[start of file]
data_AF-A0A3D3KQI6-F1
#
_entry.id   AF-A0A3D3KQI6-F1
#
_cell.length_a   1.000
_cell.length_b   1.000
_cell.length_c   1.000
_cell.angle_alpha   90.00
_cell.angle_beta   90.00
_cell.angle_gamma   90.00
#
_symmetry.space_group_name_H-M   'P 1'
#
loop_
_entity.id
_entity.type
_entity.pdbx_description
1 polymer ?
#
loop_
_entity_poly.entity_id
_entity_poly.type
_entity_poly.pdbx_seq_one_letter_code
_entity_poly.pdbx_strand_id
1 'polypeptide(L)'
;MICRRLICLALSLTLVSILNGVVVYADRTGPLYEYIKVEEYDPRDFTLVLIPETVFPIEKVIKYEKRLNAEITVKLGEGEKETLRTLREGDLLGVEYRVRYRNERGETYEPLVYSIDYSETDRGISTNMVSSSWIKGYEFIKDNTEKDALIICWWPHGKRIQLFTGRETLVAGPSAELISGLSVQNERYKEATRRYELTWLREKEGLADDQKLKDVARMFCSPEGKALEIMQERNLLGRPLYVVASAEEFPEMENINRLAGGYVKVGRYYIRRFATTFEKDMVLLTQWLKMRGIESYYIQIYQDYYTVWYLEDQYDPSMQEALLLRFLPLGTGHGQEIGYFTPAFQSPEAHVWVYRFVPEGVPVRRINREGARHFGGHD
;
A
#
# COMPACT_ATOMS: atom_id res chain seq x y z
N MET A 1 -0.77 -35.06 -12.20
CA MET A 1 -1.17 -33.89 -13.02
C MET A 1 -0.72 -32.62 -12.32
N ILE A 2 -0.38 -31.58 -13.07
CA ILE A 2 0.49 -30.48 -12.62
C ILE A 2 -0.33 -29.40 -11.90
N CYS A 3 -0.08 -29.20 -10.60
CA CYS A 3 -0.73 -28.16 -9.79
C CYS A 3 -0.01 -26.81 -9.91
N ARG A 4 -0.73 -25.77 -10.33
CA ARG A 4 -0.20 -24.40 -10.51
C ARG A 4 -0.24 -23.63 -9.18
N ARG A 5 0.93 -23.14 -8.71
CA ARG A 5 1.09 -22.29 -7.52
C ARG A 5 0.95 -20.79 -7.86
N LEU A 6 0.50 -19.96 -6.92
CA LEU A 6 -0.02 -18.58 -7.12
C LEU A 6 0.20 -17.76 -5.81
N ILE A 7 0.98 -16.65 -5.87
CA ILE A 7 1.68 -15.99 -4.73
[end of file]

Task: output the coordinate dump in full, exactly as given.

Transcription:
data_AF-A0A3D3KQI6-F1
#
_entry.id   AF-A0A3D3KQI6-F1
#
_cell.length_a   1.000
_cell.length_b   1.000
_cell.length_c   1.000
_cell.angle_alpha   90.00
_cell.angle_beta   90.00
_cell.angle_gamma   90.00
#
_symmetry.space_group_name_H-M   'P 1'
#
loop_
_entity.id
_entity.type
_entity.pdbx_description
1 polymer ?
#
loop_
_entity_poly.entity_id
_entity_poly.type
_entity_poly.pdbx_seq_one_letter_code
_entity_poly.pdbx_strand_id
1 'polypeptide(L)'
;MICRRLICLALSLTLVSILNGVVVYADRTGPLYEYIKVEEYDPRDFTLVLIPETVFPIEKVIKYEKRLNAEITVKLGEGEKETLRTLREGDLLGVEYRVRYRNERGETYEPLVYSIDYSETDRGISTNMVSSSWIKGYEFIKDNTEKDALIICWWPHGKRIQLFTGRETLVAGPSAELISGLSVQNERYKEATRRYELTWLREKEGLADDQKLKDVARMFCSPEGKALEIMQERNLLGRPLYVVASAEEFPEMENINRLAGGYVKVGRYYIRRFATTFEKDMVLLTQWLKMRGIESYYIQIYQDYYTVWYLEDQYDPSMQEALLLRFLPLGTGHGQEIGYFTPAFQSPEAHVWVYRFVPEGVPVRRINREGARHFGGHD
;
A
#
# COMPACT_ATOMS: atom_id res chain seq x y z
N MET A 1 -0.77 -35.06 -12.20
CA MET A 1 -1.17 -33.89 -13.02
C MET A 1 -0.72 -32.62 -12.32
N ILE A 2 -0.38 -31.58 -13.07
CA ILE A 2 0.49 -30.48 -12.62
C ILE A 2 -0.33 -29.40 -11.90
N CYS A 3 -0.08 -29.20 -10.60
CA CYS A 3 -0.73 -28.16 -9.79
C CYS A 3 -0.01 -26.81 -9.91
N ARG A 4 -0.73 -25.77 -10.33
CA ARG A 4 -0.20 -24.40 -10.51
C ARG A 4 -0.24 -23.63 -9.18
N ARG A 5 0.93 -23.14 -8.71
CA ARG A 5 1.09 -22.29 -7.52
C ARG A 5 0.95 -20.79 -7.86
N LEU A 6 0.50 -19.96 -6.92
CA LEU A 6 -0.02 -18.58 -7.12
C LEU A 6 0.20 -17.76 -5.81
N ILE A 7 0.98 -16.65 -5.87
CA ILE A 7 1.68 -15.99 -4.73